“Happiness is not a solvable equation. Dissatisfaction and unease are inherent parts of human nature, and as we’ll see, necessary components to creating consistent happiness.”
Life itself is a form of suffering - this means that every single person on this planet must experience suffering in one form or another. This suffering is actually biologically useful as it is nature’s driving force for change. When we are dissatisfied by what we have, we work towards making a change to become satisfied.
Similarly, pain (both physical and psychological) is a universal experience. Although, it is not necessarily always a bad experience. For example, stubbing your toe on a table corner will teach you to be more aware when you are walking to prevent more toe-stubbings. No matter who you are, you will likely have experiences that cause you to feel pain and suffering. Once one problem is solved, another one pops up. This is simply how life works.
So, if pain and suffering are inevitable, how do we achieve happiness?
The answer is: Happiness comes from solving problems. Whatever your problem is, once you address it, and start working towards solving it,, you will feel a sense of relief and happiness that you worked past it. The next time an issues arises, you will be more familiar with the steps for problem solving that you can move on to the next one, and the next one, and so on, feeling happiness all the way. Remember, happiness is not something magically discovered, it grows through activity.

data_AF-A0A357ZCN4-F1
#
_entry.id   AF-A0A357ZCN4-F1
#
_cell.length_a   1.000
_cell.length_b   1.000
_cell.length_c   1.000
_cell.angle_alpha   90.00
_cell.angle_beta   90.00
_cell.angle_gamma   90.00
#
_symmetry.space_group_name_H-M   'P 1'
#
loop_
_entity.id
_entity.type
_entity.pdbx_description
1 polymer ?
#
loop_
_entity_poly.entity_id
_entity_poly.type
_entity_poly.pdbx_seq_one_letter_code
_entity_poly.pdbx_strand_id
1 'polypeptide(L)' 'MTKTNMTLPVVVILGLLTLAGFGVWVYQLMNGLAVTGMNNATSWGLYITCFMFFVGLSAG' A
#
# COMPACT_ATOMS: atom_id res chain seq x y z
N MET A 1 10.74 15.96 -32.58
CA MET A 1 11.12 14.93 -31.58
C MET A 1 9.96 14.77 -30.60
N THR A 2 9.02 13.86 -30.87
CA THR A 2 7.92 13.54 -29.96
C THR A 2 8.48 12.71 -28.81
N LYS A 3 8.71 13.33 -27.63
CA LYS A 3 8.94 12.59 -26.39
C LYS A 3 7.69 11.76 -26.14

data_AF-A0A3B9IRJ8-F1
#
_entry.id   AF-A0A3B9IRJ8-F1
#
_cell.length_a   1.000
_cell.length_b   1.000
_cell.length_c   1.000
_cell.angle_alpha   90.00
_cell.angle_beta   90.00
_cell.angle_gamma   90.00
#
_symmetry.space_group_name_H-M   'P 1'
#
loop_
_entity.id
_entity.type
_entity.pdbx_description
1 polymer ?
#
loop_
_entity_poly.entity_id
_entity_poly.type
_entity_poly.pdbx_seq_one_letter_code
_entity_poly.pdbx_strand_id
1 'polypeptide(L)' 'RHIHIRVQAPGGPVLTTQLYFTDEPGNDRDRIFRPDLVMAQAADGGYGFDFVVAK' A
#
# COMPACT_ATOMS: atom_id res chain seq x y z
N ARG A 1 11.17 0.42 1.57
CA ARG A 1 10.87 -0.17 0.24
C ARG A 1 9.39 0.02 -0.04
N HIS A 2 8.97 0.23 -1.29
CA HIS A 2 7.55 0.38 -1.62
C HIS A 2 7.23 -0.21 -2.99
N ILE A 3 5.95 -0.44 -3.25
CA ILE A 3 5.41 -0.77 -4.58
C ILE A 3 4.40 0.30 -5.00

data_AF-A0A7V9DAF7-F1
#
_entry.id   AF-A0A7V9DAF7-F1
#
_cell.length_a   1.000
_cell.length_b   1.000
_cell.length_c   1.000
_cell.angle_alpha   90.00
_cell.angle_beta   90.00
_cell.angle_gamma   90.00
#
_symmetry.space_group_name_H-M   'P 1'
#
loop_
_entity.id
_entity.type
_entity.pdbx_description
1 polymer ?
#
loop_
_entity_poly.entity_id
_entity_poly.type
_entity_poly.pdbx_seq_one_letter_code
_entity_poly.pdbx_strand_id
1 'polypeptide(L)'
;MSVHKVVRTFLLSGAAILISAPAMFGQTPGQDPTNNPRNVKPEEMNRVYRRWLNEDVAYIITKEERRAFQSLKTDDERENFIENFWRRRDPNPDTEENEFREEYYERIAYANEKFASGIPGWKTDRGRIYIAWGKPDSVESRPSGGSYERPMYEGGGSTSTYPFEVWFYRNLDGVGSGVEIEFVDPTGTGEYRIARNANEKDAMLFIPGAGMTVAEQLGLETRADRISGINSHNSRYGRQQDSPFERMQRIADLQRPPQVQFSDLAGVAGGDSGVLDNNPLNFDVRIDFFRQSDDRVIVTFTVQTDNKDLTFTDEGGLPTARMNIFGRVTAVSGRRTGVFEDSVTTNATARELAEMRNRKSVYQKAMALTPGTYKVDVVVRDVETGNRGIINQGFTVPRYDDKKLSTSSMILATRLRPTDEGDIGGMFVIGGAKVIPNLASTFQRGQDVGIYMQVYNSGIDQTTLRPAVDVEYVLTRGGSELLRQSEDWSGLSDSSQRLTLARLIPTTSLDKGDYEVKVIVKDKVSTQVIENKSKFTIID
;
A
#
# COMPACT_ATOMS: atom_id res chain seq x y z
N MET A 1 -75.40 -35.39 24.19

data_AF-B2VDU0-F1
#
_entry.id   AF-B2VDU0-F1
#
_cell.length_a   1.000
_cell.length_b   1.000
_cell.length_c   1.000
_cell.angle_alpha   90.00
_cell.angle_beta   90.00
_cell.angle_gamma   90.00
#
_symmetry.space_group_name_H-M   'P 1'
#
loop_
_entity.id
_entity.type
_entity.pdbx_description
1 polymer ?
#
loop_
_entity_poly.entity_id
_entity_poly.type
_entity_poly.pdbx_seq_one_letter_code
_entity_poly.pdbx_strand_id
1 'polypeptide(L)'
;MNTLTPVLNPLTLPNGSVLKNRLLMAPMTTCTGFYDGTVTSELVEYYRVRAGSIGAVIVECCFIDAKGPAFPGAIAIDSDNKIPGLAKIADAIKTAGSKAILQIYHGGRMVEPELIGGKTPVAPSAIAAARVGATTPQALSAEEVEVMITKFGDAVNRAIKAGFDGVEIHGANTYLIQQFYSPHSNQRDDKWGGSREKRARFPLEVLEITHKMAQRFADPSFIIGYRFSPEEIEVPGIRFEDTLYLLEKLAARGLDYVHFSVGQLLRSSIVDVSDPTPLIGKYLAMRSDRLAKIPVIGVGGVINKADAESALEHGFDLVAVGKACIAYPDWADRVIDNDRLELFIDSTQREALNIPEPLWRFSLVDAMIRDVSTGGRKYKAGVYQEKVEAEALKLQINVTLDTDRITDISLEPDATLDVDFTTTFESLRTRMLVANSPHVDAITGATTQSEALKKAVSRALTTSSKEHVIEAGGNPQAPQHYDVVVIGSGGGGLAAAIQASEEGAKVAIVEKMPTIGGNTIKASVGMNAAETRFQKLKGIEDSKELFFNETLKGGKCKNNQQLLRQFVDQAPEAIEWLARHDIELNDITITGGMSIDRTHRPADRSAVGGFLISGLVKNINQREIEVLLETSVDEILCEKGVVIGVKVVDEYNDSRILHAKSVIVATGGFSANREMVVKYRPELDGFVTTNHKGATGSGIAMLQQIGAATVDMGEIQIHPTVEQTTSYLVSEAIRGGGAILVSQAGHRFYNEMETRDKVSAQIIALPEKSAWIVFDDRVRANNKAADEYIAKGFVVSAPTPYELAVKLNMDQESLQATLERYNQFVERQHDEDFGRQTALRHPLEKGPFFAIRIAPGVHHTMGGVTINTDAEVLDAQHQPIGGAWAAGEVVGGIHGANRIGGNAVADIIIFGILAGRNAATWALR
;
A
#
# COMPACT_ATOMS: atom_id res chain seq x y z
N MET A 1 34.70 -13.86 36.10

The two biggest things holding people back from solving their problems and feeling happiness are: denial and having a victim mentality. Your problems will exist whether you acknowledge them or not.Acknowledging your problem, but not accepting the responsibility to solve them (for example, you blame someone/something else, or believe there is nothing you can do about the problem), will not make you any closer to resolving the issue, and not make you happier. . The only way out is to face your problem head on and figure out a way to solve it.
Remember, the longer you avoid your problems, the more painful it will be when you finally confront them.